It should come as no surprise that, when comparing tripods and monopods apples-to-apples, monopods are going to cost less. Keep in mind that a lower cost does not mean a cheaper design. Monopods are simply smaller and have fewer components and material that goes into their design.

While tripods are more expensive, that extra cost goes into thick legs, a sturdy frame, and tools like bubble levels and adjustable center columns to make up for it.

Monopods Vs. Tripods for Night Sky Viewing



  • Monopods are very lightweight, making them easy to store in a backpack and travel with from place to place.
  • They are quick and easy to setup, and they also have a lot of versatility when needing to move locations quickly to follow your shot.
  • These one-legged devices create only a small footprint on the ground, which is ideal for crowded areas where you want to avoid a trip hazard.


  • Monopods are quite unstable and often need support in order to stand, which is a huge problem for trying to take photos at night with long exposure times.


  • Tripods make use of three legs to provide the stability an astrophotographer needs to snap a blur-free starscape.
  • Standing freely, tripods do not require any extra support to stand up straight, allowing you to focus on your shot and not having to worry that the tripod will topple or no longer be level.
  • When it comes to durability, tripods reign supreme with three thick legs and sturdy frames that can take a beating and go right back out the next day.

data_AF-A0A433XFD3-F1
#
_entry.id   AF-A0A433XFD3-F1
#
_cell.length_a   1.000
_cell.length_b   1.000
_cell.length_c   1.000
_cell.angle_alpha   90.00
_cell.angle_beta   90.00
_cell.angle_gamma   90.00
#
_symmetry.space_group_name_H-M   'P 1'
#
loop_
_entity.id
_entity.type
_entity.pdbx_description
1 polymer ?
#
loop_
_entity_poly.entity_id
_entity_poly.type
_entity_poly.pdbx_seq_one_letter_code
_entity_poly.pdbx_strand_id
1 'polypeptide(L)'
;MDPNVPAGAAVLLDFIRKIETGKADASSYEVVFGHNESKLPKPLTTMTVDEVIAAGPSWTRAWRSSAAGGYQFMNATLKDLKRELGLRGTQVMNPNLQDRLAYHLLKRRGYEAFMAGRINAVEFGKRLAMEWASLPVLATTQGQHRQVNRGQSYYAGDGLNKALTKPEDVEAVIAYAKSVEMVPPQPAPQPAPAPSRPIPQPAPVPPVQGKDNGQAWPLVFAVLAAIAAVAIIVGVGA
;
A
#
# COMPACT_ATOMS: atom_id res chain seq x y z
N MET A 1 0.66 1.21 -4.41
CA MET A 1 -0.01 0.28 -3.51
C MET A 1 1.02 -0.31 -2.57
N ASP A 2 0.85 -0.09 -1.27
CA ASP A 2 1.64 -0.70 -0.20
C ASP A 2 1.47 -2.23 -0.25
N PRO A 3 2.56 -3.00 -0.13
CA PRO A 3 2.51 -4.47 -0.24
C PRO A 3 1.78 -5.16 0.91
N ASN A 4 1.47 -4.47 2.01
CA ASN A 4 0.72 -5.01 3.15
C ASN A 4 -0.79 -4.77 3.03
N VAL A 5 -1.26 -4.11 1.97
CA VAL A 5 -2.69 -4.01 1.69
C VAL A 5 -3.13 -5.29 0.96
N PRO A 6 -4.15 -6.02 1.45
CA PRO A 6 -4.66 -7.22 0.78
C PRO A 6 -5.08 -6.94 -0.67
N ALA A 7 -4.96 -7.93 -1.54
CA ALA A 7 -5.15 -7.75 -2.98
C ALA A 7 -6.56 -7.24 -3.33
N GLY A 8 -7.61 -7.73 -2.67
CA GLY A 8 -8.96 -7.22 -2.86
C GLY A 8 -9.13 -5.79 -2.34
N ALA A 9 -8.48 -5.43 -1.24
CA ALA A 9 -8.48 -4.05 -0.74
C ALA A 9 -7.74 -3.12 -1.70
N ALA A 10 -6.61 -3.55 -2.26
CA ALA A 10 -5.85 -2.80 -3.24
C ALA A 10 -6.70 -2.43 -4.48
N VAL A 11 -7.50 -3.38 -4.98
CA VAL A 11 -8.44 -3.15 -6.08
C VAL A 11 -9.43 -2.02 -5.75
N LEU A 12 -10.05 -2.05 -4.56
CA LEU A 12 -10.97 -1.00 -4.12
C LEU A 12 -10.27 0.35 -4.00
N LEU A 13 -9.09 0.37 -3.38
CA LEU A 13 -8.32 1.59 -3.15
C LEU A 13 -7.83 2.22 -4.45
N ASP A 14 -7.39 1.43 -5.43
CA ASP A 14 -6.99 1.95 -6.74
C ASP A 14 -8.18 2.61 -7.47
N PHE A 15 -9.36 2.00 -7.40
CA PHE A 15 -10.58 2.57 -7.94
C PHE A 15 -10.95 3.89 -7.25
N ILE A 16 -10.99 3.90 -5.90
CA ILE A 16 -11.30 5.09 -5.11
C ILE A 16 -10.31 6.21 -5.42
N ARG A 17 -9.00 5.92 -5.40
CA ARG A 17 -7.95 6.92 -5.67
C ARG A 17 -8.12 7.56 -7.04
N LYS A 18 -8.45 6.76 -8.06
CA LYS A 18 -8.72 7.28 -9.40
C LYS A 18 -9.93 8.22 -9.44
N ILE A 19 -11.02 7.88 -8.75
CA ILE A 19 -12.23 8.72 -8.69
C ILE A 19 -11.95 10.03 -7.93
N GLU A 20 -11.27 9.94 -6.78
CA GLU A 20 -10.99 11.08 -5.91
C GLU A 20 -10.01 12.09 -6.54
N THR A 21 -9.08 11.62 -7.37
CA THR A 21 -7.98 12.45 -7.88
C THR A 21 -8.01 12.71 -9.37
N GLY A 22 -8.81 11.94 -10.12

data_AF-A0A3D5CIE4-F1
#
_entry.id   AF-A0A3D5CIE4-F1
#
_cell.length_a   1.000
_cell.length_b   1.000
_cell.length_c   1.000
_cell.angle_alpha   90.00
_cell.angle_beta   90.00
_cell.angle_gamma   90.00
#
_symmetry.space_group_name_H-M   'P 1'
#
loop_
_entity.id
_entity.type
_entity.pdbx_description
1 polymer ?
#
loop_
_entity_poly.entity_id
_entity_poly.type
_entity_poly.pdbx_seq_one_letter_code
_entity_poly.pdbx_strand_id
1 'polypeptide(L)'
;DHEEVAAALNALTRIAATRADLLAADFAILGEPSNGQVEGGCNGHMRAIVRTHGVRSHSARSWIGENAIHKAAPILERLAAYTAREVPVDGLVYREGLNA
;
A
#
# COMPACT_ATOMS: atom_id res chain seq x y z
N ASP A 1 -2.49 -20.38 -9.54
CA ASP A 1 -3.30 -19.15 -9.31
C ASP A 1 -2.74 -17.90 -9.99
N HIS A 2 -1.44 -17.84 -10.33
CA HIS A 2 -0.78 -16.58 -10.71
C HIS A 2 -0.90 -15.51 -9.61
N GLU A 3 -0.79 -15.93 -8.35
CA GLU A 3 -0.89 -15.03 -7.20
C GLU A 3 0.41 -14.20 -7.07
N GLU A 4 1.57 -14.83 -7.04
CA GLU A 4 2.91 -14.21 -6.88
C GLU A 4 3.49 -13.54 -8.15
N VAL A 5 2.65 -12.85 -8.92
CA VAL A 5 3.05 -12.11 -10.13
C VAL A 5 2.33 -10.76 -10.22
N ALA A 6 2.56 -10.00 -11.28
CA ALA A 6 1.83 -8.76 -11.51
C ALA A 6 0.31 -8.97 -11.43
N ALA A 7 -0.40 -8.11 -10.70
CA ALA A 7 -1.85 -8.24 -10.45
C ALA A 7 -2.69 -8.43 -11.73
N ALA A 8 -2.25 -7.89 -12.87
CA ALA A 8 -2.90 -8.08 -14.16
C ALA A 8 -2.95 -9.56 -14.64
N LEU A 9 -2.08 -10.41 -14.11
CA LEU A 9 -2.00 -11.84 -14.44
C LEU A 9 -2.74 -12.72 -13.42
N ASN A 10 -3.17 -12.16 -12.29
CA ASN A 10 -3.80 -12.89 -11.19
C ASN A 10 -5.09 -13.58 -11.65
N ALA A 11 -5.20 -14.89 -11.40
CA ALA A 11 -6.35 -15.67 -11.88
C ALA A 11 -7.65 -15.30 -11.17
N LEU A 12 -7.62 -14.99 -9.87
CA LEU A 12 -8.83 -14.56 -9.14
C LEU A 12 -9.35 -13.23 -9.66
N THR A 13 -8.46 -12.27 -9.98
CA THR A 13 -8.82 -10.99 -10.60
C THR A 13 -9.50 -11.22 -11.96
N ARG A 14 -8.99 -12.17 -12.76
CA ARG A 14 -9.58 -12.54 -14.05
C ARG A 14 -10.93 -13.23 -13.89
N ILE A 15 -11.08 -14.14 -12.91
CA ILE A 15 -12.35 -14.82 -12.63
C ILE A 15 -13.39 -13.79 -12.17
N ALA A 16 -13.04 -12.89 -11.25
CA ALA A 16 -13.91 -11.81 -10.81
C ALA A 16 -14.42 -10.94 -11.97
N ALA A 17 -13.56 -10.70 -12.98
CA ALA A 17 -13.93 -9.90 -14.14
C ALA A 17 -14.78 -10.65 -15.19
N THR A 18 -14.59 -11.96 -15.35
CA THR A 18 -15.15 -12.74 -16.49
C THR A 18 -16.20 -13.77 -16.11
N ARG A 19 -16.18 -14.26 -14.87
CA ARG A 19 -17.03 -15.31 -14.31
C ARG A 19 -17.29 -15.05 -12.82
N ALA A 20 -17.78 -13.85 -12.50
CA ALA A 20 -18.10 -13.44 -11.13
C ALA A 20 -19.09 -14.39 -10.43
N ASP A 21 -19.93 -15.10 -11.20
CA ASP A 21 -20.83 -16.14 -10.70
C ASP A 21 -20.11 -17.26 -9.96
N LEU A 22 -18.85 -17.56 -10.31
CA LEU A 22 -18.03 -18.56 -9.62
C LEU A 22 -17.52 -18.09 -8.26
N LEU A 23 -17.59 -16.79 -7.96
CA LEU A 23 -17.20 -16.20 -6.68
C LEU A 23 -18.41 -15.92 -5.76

• Tripods come in heavier and bulkier than a monopod of a similar design, making them a bit more difficult to travel with from place to place.

Monopods For Astrophotography

Vanguard VEO 2S AM-264TR

Vanguard VEO 2S AM-264TR

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Benro Adventure 3 Series Carbon Fiber Monopod

Benro Adventure 3 Series Carbon Fiber Monopod

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SIRUI P-326 6 Section Carbon Fiber Monopod

SIRUI P-326 6 Section Carbon Fiber Monopod

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Tripods For Astrophotography

Manfrotto 055 Carbon Fiber 4-Section Tripod

Manfrotto 055 Carbon Fiber 4-Section Tripod

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Benro Rhino Series 3

Benro Rhino Series 3

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Vanguard Alta PRO 263AB

Vanguard Alta PRO 263AB

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There are a lot of benefits to using monopods in photography, but when it comes to astrophotography, tripods are the clear winner.

While monopods like the Vanguard VEO 2S AM-264TR are lighter and more portable, they require extra support just to stand upright. Even with a monopod foot attached, monopods are swayed too much by the wind to be effective at night. When a nighttime starscape can require anywhere from 30 seconds to hours of exposure, monopods simply can’t handle that.

Tripods, although a bit more unruly to travel with, are the only way you’re going to get the stability you need to handle those long exposures. Something like the Manfrotto 055 that is mentioned above.

Tripods are resistant to wind, vibrations, and often have the capability to support extra load that lowers the center of gravity and keeps the tripod soundly in place.

About Noah Zelvis

Noah is a content writer who has had a love of all things astronomy for as long as he can remember.
When not reaching for the stars, you’ll likely find Noah traveling or running.